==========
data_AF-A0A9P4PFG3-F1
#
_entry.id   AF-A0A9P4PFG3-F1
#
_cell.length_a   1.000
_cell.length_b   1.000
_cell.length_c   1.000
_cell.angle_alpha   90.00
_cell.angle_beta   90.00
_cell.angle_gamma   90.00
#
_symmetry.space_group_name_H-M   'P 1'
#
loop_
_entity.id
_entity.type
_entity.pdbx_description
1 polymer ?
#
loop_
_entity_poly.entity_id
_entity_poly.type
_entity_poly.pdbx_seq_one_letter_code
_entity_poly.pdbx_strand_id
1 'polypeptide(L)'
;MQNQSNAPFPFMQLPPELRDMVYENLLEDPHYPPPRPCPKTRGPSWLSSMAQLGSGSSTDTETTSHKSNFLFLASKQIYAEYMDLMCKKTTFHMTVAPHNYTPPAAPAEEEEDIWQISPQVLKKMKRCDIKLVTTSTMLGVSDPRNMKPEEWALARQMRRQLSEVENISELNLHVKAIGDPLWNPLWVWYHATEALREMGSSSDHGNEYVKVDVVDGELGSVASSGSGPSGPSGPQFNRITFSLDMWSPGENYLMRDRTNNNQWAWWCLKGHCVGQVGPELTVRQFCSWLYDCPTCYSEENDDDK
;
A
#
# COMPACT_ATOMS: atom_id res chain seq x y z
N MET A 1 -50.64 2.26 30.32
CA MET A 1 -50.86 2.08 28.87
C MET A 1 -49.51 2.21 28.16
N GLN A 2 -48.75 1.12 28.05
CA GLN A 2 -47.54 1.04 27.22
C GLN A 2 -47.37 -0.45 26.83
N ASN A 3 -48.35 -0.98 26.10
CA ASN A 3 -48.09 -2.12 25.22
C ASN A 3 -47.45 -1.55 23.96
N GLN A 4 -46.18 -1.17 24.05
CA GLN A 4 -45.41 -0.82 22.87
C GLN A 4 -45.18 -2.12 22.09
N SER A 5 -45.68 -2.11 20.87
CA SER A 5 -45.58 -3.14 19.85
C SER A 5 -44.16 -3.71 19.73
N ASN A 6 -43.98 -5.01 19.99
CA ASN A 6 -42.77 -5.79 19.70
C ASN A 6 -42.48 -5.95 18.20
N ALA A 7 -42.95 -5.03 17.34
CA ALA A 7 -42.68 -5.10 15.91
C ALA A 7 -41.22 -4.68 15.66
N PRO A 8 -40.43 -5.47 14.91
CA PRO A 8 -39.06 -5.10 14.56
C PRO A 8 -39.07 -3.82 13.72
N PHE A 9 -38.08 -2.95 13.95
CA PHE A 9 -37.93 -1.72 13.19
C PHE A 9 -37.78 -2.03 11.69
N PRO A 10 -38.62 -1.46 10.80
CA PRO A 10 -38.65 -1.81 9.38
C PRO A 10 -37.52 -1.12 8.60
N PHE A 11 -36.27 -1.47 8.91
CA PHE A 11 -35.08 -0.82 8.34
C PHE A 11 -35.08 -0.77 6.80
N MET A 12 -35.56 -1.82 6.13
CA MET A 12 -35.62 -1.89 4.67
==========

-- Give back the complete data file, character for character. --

data_AF-A0A9P4PFG3-F1
#
_entry.id   AF-A0A9P4PFG3-F1
#
_cell.length_a   1.000
_cell.length_b   1.000
_cell.length_c   1.000
_cell.angle_alpha   90.00
_cell.angle_beta   90.00
_cell.angle_gamma   90.00
#
_symmetry.space_group_name_H-M   'P 1'
#
loop_
_entity.id
_entity.type
_entity.pdbx_description
1 polymer ?
#
loop_
_entity_poly.entity_id
_entity_poly.type
_entity_poly.pdbx_seq_one_letter_code
_entity_poly.pdbx_strand_id
1 'polypeptide(L)'
;MQNQSNAPFPFMQLPPELRDMVYENLLEDPHYPPPRPCPKTRGPSWLSSMAQLGSGSSTDTETTSHKSNFLFLASKQIYAEYMDLMCKKTTFHMTVAPHNYTPPAAPAEEEEDIWQISPQVLKKMKRCDIKLVTTSTMLGVSDPRNMKPEEWALARQMRRQLSEVENISELNLHVKAIGDPLWNPLWVWYHATEALREMGSSSDHGNEYVKVDVVDGELGSVASSGSGPSGPSGPQFNRITFSLDMWSPGENYLMRDRTNNNQWAWWCLKGHCVGQVGPELTVRQFCSWLYDCPTCYSEENDDDK
;
A
#
# COMPACT_ATOMS: atom_id res chain seq x y z
N MET A 1 -50.64 2.26 30.32
CA MET A 1 -50.86 2.08 28.87
C MET A 1 -49.51 2.21 28.16
N GLN A 2 -48.75 1.12 28.05
CA GLN A 2 -47.54 1.04 27.22
C GLN A 2 -47.37 -0.45 26.83
N ASN A 3 -48.35 -0.98 26.10
CA ASN A 3 -48.09 -2.12 25.22
C ASN A 3 -47.45 -1.55 23.96
N GLN A 4 -46.18 -1.17 24.05
CA GLN A 4 -45.41 -0.82 22.87
C GLN A 4 -45.18 -2.12 22.09
N SER A 5 -45.68 -2.11 20.87
CA SER A 5 -45.58 -3.14 19.85
C SER A 5 -44.16 -3.71 19.73
N ASN A 6 -43.98 -5.01 19.99
CA ASN A 6 -42.77 -5.79 19.70
C ASN A 6 -42.48 -5.95 18.20
N ALA A 7 -42.95 -5.03 17.34
CA ALA A 7 -42.68 -5.10 15.91
C ALA A 7 -41.22 -4.68 15.66
N PRO A 8 -40.43 -5.47 14.91
CA PRO A 8 -39.06 -5.10 14.56
C PRO A 8 -39.07 -3.82 13.72
N PHE A 9 -38.08 -2.95 13.95
CA PHE A 9 -37.93 -1.72 13.19
C PHE A 9 -37.78 -2.03 11.69
N PRO A 10 -38.62 -1.46 10.80
CA PRO A 10 -38.65 -1.81 9.38
C PRO A 10 -37.52 -1.12 8.60
N PHE A 11 -36.27 -1.47 8.91
CA PHE A 11 -35.08 -0.82 8.34
C PHE A 11 -35.08 -0.77 6.80
N MET A 12 -35.56 -1.82 6.13
CA MET A 12 -35.62 -1.89 4.67